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Saturday, July 21, 2018

Karma Sutra: Why it’s important to let go in life

What we don’t want to accept is that life goes on, with or without us.

Written by Ritu S | New Delhi | Published: May 16, 2016 8:20:14 pm
Happy businesswoman releasing birds No matter how good our intention, we need to make allowance for the young ones to learn from their mistakes. (Source: Thinkstock Images)

In life there’s a time for everything. The Bible says, “To everything there is a season, and a time to every purpose under the heaven… A time to keep and a time to castaway… A time to keep silent and a time to speak.” (Bible, Ecclesiastes 3:18)

In Hindu mythology, Manu the first man and an important lawgiver has suggested four stages that an individual life must be divided into. The student stage(brahmacharin), the householder(grihastra), the forest wanderer (vanaprastha), and the saint (sanyasin).

In Kaliyuga, aka, the Dark Age, people refuse to forsake the ‘householder’ stage. Once a householder, always a householder. They are not willing to pass on the reins to the next generation and forsake the duties of the householder. Whereas, the law clearly specifies the stage to participate (householder) and the stage to withdraw (vanaprastha).

No matter how good our intention, we need to make allowance for the young ones to learn from their mistakes. The noble Atlas in us is unwilling to let go of the world that we carry on our frail shoulders. We justify our intrusion, if only to ourselves, that without us our world would fall apart, it will cease to function. What we don’t want to accept is that life goes on, with or without us. Having made our contribution to the world in the best possible manner, it is just as much our duty to make way for fresh ideas and energy to express itself.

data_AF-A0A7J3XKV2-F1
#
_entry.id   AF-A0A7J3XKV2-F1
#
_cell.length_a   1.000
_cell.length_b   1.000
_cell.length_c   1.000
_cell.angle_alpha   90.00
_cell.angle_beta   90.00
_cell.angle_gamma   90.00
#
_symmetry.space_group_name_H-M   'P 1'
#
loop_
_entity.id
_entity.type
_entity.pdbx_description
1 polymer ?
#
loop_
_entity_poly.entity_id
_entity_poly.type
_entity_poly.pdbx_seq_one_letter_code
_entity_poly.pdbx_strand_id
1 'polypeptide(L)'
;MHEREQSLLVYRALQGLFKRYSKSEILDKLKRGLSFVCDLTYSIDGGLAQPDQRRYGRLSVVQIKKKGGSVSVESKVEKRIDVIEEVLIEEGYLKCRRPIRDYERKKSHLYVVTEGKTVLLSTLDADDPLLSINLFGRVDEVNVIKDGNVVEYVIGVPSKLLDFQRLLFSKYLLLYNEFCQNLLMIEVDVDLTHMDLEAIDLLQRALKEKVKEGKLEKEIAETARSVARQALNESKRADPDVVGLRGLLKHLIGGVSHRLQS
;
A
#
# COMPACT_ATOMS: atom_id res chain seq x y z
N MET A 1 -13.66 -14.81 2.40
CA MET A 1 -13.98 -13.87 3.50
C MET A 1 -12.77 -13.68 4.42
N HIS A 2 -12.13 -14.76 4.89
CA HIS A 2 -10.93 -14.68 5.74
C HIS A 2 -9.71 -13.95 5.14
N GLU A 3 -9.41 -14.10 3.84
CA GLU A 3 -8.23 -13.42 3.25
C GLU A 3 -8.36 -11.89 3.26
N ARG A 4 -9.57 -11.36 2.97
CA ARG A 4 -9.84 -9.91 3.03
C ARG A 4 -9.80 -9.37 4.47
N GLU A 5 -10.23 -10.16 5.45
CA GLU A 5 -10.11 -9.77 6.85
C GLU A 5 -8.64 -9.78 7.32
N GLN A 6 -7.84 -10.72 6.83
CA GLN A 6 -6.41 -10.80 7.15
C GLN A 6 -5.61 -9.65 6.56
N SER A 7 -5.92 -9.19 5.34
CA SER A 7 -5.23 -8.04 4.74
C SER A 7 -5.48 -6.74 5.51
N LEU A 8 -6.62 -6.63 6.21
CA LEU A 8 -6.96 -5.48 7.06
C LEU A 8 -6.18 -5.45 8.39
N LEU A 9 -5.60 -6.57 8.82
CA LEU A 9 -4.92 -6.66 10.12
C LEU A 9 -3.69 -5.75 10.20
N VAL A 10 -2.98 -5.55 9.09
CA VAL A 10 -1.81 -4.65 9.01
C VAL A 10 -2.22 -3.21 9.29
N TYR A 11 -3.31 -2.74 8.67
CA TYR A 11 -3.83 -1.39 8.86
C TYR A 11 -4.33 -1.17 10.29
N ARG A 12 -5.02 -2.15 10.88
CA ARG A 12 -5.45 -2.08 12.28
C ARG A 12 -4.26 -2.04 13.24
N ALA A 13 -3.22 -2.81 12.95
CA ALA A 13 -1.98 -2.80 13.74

As householders we implement whatever knowledge we acquire as students. We take up the challenges, realise our potential and, in the process, we make mistakes. And whoever has led the path of a householder knows that making mistakes is the only way to learn. We also know that some events in life are beyond our control, hence, in spite of putting our best efforts, some transactions go well, some don’t.

This attitude is ingrained in us through fables at a very young age.

The path of householder also requires us to nurture our young ones and having trained them, the old must make way for the new. But so massive is our hold on the world (samsara) that we are unwilling to make that space for the others to blossom. Although, we know that nature does not permit the sapling to grow under the shadow of the big tree.

Read all the Karma Sutra columns here.

Coming back to the Bible, “There’s a time to keep and a time to castaway”. And indeed, we need to know when to let go of all that belongs to us, including our sense of control on the young adults. Ironically, when we set the young adults free, we are infact setting ourselves free. Having imparted them with the right values and good education we have done our bit. Now slowly but surely, we need to start withdrawing and make room for them to live life their way.

Each one of us operates with our understanding of the world, our small light which guides us through life. And as we move ahead we win some, lose some. But atleast they were our choices and decisions. Not imposed upon us by our elders.

Our immortality is no secret. We all have to leave some day, the show goes on. When we insist on living others’ lives for them, we make them dysfunctional, we leave them with crutches, let us instead give them wings of freedom and leave behind a better world, a functional world.
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